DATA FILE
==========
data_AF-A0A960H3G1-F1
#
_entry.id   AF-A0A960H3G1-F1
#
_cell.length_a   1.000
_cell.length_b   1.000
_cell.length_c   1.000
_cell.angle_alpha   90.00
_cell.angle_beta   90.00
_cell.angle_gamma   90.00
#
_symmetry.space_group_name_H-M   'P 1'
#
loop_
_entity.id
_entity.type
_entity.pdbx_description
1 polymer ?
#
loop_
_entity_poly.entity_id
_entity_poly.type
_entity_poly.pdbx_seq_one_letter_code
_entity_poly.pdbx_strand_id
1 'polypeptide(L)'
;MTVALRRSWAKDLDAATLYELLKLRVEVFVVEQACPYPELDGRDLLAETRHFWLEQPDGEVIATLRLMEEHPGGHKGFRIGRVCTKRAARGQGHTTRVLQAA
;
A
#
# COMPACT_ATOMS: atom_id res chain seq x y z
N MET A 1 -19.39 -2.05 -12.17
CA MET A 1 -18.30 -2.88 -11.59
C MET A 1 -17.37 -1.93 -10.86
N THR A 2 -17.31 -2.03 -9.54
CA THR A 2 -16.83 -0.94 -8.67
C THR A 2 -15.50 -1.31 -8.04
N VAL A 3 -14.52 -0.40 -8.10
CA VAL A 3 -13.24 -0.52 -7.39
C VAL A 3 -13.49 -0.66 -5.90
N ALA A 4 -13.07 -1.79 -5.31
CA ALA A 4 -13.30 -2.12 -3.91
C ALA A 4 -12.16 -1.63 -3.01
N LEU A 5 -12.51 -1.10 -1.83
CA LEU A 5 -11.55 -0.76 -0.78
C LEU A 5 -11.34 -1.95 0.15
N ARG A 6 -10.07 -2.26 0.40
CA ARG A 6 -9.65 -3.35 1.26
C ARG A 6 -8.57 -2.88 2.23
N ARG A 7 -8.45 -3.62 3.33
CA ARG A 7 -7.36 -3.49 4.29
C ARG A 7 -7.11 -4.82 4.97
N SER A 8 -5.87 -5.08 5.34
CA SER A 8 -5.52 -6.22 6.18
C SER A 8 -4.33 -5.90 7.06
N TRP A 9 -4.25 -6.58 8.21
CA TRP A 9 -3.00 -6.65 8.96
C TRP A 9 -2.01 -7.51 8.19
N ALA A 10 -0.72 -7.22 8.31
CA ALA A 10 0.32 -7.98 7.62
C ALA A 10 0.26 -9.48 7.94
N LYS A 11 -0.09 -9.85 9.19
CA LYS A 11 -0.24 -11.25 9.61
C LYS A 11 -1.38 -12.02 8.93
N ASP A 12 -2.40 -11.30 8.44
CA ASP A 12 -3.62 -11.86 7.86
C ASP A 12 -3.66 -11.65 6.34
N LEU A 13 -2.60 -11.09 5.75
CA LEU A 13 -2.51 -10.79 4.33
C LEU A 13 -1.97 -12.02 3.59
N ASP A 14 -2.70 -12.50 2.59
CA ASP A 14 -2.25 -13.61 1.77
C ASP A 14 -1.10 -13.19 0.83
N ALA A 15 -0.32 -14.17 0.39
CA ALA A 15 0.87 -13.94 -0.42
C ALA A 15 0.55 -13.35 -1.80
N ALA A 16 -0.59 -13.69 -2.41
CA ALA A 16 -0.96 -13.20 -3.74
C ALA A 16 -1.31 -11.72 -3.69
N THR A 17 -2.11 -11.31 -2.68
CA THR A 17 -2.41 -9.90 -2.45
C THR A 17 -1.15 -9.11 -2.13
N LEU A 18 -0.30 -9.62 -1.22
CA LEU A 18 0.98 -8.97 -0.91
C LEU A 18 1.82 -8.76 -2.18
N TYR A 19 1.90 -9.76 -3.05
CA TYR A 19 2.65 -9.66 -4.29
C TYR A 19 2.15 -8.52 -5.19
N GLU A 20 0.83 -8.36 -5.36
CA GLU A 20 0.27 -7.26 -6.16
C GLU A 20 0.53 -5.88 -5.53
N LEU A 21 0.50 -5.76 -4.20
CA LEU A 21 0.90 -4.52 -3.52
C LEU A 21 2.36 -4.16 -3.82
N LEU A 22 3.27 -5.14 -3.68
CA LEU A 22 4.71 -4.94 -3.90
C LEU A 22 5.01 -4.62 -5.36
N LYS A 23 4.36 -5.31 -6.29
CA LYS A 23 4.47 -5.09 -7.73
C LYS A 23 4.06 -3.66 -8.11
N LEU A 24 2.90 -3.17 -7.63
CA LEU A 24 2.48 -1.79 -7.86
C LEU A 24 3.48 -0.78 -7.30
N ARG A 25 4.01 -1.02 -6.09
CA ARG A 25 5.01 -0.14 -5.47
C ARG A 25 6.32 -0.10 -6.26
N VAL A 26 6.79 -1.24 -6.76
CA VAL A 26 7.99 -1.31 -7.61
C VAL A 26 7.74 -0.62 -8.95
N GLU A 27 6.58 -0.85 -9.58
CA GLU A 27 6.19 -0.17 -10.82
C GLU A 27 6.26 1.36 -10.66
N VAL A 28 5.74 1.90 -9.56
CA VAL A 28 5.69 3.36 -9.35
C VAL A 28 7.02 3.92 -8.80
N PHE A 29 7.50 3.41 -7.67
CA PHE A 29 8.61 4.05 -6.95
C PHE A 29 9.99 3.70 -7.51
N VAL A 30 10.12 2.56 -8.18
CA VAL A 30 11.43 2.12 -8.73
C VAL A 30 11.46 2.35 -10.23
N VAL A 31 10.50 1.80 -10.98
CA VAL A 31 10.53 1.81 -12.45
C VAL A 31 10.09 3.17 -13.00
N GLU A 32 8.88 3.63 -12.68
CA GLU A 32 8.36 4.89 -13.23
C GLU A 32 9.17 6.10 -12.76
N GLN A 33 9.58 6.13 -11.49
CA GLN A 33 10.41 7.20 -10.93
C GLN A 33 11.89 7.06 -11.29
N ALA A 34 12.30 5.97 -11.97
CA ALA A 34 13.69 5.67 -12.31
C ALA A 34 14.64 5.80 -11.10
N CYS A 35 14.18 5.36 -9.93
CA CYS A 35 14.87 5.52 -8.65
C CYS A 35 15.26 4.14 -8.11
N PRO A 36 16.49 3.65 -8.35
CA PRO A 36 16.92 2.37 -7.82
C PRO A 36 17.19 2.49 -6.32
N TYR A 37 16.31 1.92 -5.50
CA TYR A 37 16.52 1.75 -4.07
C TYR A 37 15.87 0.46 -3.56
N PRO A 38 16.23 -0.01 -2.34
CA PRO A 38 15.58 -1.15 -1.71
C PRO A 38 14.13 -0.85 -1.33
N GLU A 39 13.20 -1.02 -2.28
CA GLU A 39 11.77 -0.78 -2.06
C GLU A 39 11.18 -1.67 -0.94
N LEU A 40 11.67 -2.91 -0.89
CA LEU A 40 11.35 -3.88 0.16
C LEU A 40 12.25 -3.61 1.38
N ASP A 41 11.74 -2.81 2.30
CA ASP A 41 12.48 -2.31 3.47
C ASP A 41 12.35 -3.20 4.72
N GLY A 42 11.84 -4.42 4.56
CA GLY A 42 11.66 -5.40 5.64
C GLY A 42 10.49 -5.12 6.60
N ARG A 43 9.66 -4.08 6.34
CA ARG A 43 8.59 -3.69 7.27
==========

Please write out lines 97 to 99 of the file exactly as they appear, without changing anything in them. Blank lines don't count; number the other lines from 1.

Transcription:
N LYS A 23 4.36 -5.31 -6.29
CA LYS A 23 4.47 -5.09 -7.73
C LYS A 23 4.06 -3.66 -8.11